Ordinary Time 13 November 10, 2013
Maccabees 7, 1-2, 9, 14 + Psalm 17 + 2 Thessalonians 2, 16-3, 5 + Luke 20,
The journey of Jesus that began weeks and weeks ago with Luke Chapter 9 is now concluded. He made through Jericho last week where he invited Nicodemus and us to “Come down.” He is now in Jerusalem where he will fulfill his Father’s will, where all that he had promised would come to pass, where the temple of his body would be torn down only to rise again on the third day. Now Luke fine tunes his Gospel and begins to focus on life and the promise of Jesus. Who better to cast in this scene than the Sadducees whose position on death was that it was final. There are some who describe the Sadducees as a group who refused to believe in the resurrection. I think that description of them comes out of the negative. All that tells us is what they are NOT. The other way to think of them is that they believed in death. For the Sadducees, death was the end. There was no more. Not surprising then that when they come up against Life in the presence of Jesus Christ, there is going to be some conflict and surprises.
This ideology of the Sadducees is hardly a thing of the past. Judging from the way much of this world lives and behaves, it would be difficult to assume that many believe in or give much thought to the anything at all after death. We have an odd arrangement with death these days, a sort of denial that death will come, and with that comes a denial that there is anything after it. Denying death leaves us locked in the present going on and on as though there will be nothing more than what is right now. In refusing to believe in another life, which followers of Christ called, “The Resurrection,” death is refused. But is exactly what Jesus accepts and does in Jerusalem. He will not, he does not deny death. In this conversation with the Sadducees, he teases them with thoughts about a “Living God”, Abraham, Isaac, Jacob, Moses and the prophets.
Without the resurrection, followers of Christ have nothing to say to this world. Like Jesus Christ, we stand in a relationship with the Living God, and that relationship will not reconcile with a culture of death, an ideology that refuses death, and the denial of death’s power.
Once the reality and inevitability of death is accepted there is something more to do, and something more to become. Our energy and our focus can be spent on something else, life; rather than on the denial of death. What happens, what we are, and what we do after death becomes a concern, an interest, even a motive for what we are doing here and now. We are a people of life, in life, and for life. Knowing that we shall continue to live even in the face of death changes everything. Knowing that we shall continue to live gives hope, and confidence, courage and joy. There is something to look forward to – something more than just the same old thing. This knowledge is not just some hunch or wish, or some way of hanging on in the face of death’s certainty. This knowledge is a relationship.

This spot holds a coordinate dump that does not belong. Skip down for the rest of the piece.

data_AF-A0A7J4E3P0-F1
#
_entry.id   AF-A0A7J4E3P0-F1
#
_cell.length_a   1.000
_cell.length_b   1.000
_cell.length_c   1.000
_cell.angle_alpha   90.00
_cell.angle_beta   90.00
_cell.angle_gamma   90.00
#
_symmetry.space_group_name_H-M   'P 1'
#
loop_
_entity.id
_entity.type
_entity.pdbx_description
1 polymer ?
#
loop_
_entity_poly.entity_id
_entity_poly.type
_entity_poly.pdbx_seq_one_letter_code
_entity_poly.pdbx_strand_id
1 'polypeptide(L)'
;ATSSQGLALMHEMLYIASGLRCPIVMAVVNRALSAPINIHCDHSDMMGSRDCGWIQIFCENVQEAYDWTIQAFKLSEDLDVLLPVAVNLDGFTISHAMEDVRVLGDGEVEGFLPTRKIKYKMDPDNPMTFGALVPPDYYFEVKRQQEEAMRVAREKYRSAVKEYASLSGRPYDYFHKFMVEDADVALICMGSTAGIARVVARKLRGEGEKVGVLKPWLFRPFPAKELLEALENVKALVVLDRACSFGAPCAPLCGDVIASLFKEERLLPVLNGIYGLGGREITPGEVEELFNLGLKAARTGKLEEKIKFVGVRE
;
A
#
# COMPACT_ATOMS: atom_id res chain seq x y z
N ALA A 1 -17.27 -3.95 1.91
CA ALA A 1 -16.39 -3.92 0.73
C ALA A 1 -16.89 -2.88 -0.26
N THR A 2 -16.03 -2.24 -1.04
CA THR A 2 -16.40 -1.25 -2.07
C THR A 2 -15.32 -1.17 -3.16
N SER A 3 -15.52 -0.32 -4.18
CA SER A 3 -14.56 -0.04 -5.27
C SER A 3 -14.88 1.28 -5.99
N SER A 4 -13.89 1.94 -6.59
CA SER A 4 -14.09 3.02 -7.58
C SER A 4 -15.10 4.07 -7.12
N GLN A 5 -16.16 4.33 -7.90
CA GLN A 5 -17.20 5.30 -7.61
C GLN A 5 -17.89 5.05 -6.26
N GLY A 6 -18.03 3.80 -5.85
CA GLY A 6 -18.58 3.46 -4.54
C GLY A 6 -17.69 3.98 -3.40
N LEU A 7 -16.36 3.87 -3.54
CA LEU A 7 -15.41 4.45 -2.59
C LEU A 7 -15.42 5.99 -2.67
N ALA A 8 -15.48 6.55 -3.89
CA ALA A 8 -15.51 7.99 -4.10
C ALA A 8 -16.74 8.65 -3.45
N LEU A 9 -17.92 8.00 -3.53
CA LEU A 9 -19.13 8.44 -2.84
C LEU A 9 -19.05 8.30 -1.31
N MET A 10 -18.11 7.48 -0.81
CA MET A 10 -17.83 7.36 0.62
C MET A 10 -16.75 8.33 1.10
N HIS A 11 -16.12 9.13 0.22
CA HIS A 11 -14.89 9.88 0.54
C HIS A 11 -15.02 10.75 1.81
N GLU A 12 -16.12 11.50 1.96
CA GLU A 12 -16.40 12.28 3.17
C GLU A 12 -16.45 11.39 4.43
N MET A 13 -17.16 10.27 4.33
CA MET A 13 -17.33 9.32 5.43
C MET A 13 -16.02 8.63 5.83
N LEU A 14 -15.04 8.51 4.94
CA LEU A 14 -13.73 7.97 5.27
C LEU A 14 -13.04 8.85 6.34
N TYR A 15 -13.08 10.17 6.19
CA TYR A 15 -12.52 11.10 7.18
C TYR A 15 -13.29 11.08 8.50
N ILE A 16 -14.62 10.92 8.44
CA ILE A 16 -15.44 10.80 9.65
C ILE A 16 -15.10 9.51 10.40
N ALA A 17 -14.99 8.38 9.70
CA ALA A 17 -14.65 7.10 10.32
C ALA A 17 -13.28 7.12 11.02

This is where Jesus steps in with his profound wisdom challenging the Sadducees and those like them in every age. He speaks of Abraham, Isaac and Jacob, the prophets and patriarchs. What do these people have in common? One thing: a relationship with Living God. What Jesus proposes is that when God has a relationship with someone, nothing, not even death, can destroy that relationship! A relationship with God is not like the relationships we have from time to time that come and go, that are broken and wounded, incomplete and fragile.
Here is the message of this Gospel. Here is where we can enter into the mystery of resurrected life. Here is where life everlasting becomes not only possible but a reality. This is the way to eternal life, the way to face death today and be around tomorrow; a relationship with the living God. I have seen people face the most impossible and terrifying things. I have seen people come through horrible and heart breaking experiences and rise up tall and strong full of life and free of resentment and anger. I have also seen it go the other way, and every time the difference between them is one thing: their relationship with the living God.
What will come for Jesus in Jerusalem is devastating and a disaster for his followers. In the midst of it, at the worst of it, he maintained his relationship with the Father. He rose from that death, and he lives. For the apostles, his death was something to be denied. It couldn’t happen. It won’t happen. They ran and they hid in denial of what did happen. Their relationship with the Father was not yet strong enough and not yet sealed. For Jesus of Nazareth, the Spirit came upon him in the Jordan. For the Apostles, there was denial, fear, and nothing but the grief of death until Pentecost, and then their relationship with the Father was sealed, and the denial was over. They preached Jesus crucified!
We are a Baptized people, Confirmed with the power and the gifts of the Spirit. We are people of life, living now and living forever because God has called us his own. With death completely tamed by this truth and this promise, there is only a life of joy and of peace for us to live. What gives us those precious gifts is not so much death, but that relationship with living God, the God who loves us. What Jesus says to those Sadducees and to anyone who lives as though death is the end of everything, there is simply one question raised: “How could God allow someone God loves to die?” In response we are simply but profoundly left to say, “He does not.” “Death is not what the Sadducees think it is. There is more, and Paul suggests that it is better. With this hope and with this promise, we might move deeply into the mystery of this Love and with the days we have work more consistently and sincerely for the sake of that love and life itself.